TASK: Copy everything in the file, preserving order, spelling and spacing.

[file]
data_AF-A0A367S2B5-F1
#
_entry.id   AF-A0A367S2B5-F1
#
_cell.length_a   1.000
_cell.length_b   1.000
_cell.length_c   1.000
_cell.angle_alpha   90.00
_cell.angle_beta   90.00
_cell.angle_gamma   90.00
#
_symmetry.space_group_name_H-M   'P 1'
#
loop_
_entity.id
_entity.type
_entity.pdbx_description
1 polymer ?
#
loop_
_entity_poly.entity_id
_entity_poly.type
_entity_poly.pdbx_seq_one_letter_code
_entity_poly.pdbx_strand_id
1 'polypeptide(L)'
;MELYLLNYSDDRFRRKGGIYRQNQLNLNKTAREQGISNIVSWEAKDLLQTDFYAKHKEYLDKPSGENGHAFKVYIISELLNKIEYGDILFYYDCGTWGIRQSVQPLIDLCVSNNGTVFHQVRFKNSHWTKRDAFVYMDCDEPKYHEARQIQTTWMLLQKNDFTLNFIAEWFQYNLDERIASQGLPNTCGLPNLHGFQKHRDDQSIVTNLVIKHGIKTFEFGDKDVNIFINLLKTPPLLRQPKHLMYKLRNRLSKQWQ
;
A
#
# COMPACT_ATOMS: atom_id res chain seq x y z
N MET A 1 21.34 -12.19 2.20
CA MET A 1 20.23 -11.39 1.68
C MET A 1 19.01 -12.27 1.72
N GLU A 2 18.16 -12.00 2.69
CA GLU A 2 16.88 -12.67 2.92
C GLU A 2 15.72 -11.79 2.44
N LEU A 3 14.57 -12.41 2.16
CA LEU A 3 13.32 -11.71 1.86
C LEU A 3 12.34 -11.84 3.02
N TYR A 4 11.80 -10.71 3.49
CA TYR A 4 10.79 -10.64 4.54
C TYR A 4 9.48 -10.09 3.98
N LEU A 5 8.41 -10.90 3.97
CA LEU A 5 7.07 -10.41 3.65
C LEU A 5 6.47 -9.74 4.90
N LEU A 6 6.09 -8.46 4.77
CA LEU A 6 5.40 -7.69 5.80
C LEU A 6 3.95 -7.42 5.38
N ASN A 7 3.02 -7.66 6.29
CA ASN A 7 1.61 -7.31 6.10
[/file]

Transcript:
data_AF-A0A367S2B5-F1
#
_entry.id   AF-A0A367S2B5-F1
#
_cell.length_a   1.000
_cell.length_b   1.000
_cell.length_c   1.000
_cell.angle_alpha   90.00
_cell.angle_beta   90.00
_cell.angle_gamma   90.00
#
_symmetry.space_group_name_H-M   'P 1'
#
loop_
_entity.id
_entity.type
_entity.pdbx_description
1 polymer ?
#
loop_
_entity_poly.entity_id
_entity_poly.type
_entity_poly.pdbx_seq_one_letter_code
_entity_poly.pdbx_strand_id
1 'polypeptide(L)'
;MELYLLNYSDDRFRRKGGIYRQNQLNLNKTAREQGISNIVSWEAKDLLQTDFYAKHKEYLDKPSGENGHAFKVYIISELLNKIEYGDILFYYDCGTWGIRQSVQPLIDLCVSNNGTVFHQVRFKNSHWTKRDAFVYMDCDEPKYHEARQIQTTWMLLQKNDFTLNFIAEWFQYNLDERIASQGLPNTCGLPNLHGFQKHRDDQSIVTNLVIKHGIKTFEFGDKDVNIFINLLKTPPLLRQPKHLMYKLRNRLSKQWQ
;
A
#
# COMPACT_ATOMS: atom_id res chain seq x y z
N MET A 1 21.34 -12.19 2.20
CA MET A 1 20.23 -11.39 1.68
C MET A 1 19.01 -12.27 1.72
N GLU A 2 18.16 -12.00 2.69
CA GLU A 2 16.88 -12.67 2.92
C GLU A 2 15.72 -11.79 2.44
N LEU A 3 14.57 -12.41 2.16
CA LEU A 3 13.32 -11.71 1.86
C LEU A 3 12.34 -11.84 3.02
N TYR A 4 11.80 -10.71 3.49
CA TYR A 4 10.79 -10.64 4.54
C TYR A 4 9.48 -10.09 3.98
N LEU A 5 8.41 -10.90 3.97
CA LEU A 5 7.07 -10.41 3.65
C LEU A 5 6.47 -9.74 4.90
N LEU A 6 6.09 -8.46 4.77
CA LEU A 6 5.40 -7.69 5.80
C LEU A 6 3.95 -7.42 5.38
N ASN A 7 3.02 -7.66 6.29
CA ASN A 7 1.61 -7.31 6.10